During a visit to my family in San Antonio a few years ago, I was shocked and
saddened to hear of 3 murders in one 24-hour period. The news reports hinted that
they were all gang related. As my mother and I were talking about how crime in the city
seemed to be getting out of control, my then 19-year-old niece bounced into the room
and announced nonchalantly that she knew the 21-year-old pregnant woman that was
killed in one of the shootings. My niece shared that they used to dance together on the
same Christian praise dancing team.

She then explained how the one of the other two people that was injured also
had something to do with another fatal shooting last year. In fact, the same young man
was also the target of another shooting a year ago. And like this time, another young
woman was killed by accident, and he escaped with a few minor injuries.
I was fascinated with how my niece knew all of this information just two hours
after the shooting She remembered dancing with the young lady and recalled that it
was her boyfriend ‘s friend that was really the target of the shooting. Apparently, the
young man likes to cause a lot of “drama.” My niece wasn’t sure if it was drug-related,
but she figured that the boyfriend of her now deceased friend probably invited him into
the house.

My mother and I looked at each other and said at almost the same time, “It goes
to show that you have to be careful about who you hang out with.” My mother added,
“That’s why you can’t have everyone over your house. Not that you are trying to be
rude, but you have to be careful because you don’t know who everyone else’s friends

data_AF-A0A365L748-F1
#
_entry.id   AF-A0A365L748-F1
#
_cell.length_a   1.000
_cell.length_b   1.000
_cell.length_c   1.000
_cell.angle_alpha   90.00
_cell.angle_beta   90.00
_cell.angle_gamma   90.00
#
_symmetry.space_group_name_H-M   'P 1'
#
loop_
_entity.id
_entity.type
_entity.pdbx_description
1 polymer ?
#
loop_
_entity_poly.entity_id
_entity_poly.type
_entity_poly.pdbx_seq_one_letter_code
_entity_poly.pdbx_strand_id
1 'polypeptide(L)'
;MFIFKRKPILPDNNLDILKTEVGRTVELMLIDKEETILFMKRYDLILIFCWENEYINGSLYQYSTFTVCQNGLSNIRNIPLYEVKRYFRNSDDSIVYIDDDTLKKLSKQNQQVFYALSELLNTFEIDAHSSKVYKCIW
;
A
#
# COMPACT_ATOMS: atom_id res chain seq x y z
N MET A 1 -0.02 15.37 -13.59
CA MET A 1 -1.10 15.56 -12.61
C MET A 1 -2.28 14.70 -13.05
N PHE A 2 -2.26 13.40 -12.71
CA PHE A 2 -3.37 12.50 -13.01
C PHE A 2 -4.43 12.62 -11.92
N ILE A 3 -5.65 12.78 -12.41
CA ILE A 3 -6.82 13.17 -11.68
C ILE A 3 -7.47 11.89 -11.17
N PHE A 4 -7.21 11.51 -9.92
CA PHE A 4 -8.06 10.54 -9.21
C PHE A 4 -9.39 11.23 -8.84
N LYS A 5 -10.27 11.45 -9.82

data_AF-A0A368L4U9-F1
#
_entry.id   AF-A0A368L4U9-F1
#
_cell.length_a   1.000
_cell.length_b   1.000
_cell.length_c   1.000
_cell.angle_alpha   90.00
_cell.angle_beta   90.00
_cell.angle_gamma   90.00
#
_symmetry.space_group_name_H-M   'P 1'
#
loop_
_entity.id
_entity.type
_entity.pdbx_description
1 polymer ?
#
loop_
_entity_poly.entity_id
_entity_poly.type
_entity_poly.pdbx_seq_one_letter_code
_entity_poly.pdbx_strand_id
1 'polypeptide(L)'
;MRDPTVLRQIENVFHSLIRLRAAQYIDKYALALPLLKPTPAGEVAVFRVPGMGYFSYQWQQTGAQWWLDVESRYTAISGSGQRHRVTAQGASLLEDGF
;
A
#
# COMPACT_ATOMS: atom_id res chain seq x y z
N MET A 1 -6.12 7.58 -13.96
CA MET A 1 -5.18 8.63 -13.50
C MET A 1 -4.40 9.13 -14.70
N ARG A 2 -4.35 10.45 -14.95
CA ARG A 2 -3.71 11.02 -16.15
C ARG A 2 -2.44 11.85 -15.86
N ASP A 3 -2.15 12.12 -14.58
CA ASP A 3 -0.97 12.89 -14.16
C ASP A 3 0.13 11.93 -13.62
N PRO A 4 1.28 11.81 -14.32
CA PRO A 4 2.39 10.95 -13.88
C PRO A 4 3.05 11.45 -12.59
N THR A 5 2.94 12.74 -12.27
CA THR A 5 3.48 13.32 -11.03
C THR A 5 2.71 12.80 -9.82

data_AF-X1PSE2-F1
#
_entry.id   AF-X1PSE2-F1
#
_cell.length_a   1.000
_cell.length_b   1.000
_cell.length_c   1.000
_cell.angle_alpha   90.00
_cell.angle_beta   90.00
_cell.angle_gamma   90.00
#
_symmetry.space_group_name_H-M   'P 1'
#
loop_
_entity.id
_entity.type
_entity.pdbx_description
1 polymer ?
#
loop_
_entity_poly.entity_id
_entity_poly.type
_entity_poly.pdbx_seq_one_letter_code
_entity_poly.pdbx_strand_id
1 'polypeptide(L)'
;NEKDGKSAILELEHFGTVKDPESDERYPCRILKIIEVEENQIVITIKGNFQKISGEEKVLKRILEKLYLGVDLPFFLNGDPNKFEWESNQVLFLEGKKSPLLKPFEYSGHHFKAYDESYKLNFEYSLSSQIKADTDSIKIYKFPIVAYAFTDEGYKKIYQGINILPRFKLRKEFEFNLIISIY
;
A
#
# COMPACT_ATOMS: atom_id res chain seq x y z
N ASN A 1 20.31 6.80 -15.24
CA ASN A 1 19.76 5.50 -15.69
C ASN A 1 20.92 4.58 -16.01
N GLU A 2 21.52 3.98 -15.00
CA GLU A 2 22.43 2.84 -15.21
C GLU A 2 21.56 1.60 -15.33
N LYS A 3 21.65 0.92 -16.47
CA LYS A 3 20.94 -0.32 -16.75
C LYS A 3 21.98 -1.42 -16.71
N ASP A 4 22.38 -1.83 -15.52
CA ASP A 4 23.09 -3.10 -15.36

Later, I also thought about how the sad story is also a modern example of what
Proverbs 24:1-3 says why we should avoid troublemakers: “Do not envy wicked men, do
not desire their company; for their hearts plot violence, and their lips talk about making trouble.” The bible also says in 1 Corinthians 15:33, “Do not be misled: “Bad company
corrupts good character.”

Even what my niece said about the young man who was the intended target fit
the warnings found in scriptures about using wisdom concerning those who we hang
out with. We can be friends but as Christians we have to learn how to be a good
influence on others who may be headed down the wrong path without losing ourselves
in the process.

The past few weeks of media coverage of the violence in Israel and Gaza made
me think about how we can become “collateral damage” when it comes to the fights of
others. The long-standing hostilities between the Israelis and Palestinians have resulted
in hundreds of deaths of innocent men, women and children who were seemingly living
purposefully but ended up being in the wrong place at the wrong time. Even if we don’t
understand all the history between the groups and their struggle to live at peace with
each, we should pray that there is no more bloodshed on either side. Praying for the
peace of Israel, for peace in Gaza and for peace in the Middle East. May God’s mercy
and grace protect.

Shewanda Riley, PhD, is a Fort Worth, Texas based author of “Love Hangover: Moving
From Pain to Purpose After a Relationship Ends” and “Writing to the Beat of God’s
Heart: A Book of Prayers for Writers.” Email her at preservedbypurpose@gmail.com
or follow her on Twitter @shewanda.